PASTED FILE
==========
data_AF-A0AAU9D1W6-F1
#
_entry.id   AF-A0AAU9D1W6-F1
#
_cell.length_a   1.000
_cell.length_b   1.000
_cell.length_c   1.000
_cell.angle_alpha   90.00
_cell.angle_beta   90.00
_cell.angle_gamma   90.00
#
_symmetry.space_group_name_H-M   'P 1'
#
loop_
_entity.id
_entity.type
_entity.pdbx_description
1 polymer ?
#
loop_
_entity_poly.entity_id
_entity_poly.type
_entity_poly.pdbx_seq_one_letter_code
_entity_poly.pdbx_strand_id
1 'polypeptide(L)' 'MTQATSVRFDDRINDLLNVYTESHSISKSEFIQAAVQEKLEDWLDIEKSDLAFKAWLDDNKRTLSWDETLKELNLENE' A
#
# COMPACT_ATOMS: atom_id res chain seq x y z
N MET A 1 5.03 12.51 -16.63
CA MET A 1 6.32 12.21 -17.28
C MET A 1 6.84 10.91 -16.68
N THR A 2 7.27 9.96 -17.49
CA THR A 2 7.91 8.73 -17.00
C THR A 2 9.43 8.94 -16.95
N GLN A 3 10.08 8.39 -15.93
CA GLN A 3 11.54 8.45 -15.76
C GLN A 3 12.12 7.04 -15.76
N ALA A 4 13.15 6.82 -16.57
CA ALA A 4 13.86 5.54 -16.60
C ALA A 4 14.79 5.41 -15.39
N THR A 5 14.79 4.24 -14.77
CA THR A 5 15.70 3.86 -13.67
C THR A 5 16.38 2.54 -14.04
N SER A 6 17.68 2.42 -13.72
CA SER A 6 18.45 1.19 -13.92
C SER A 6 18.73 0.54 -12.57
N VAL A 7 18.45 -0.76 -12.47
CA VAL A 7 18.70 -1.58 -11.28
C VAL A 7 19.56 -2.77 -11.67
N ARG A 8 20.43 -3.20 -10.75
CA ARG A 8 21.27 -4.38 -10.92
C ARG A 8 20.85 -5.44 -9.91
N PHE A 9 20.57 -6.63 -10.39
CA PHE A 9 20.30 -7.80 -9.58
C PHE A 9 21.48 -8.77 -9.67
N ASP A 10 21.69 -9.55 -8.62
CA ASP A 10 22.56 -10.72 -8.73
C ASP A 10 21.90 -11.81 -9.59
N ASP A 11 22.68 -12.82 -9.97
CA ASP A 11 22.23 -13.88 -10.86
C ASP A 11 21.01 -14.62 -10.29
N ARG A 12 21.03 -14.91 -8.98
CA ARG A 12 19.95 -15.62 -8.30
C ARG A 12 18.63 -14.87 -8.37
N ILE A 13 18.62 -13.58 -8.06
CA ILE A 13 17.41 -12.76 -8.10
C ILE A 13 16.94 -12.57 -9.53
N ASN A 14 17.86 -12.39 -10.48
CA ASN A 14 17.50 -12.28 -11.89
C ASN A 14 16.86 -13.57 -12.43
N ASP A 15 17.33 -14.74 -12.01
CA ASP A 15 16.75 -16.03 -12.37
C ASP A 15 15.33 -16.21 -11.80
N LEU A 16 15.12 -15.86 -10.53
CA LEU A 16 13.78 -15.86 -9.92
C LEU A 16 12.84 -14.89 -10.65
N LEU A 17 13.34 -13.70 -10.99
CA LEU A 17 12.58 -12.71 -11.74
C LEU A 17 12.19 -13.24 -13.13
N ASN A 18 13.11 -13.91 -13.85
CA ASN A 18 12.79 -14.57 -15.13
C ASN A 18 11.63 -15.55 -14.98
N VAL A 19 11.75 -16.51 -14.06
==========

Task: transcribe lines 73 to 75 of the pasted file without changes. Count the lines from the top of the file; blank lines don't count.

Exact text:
N LEU A 16 15.12 -15.86 -10.53
CA LEU A 16 13.78 -15.86 -9.92
C LEU A 16 12.84 -14.89 -10.65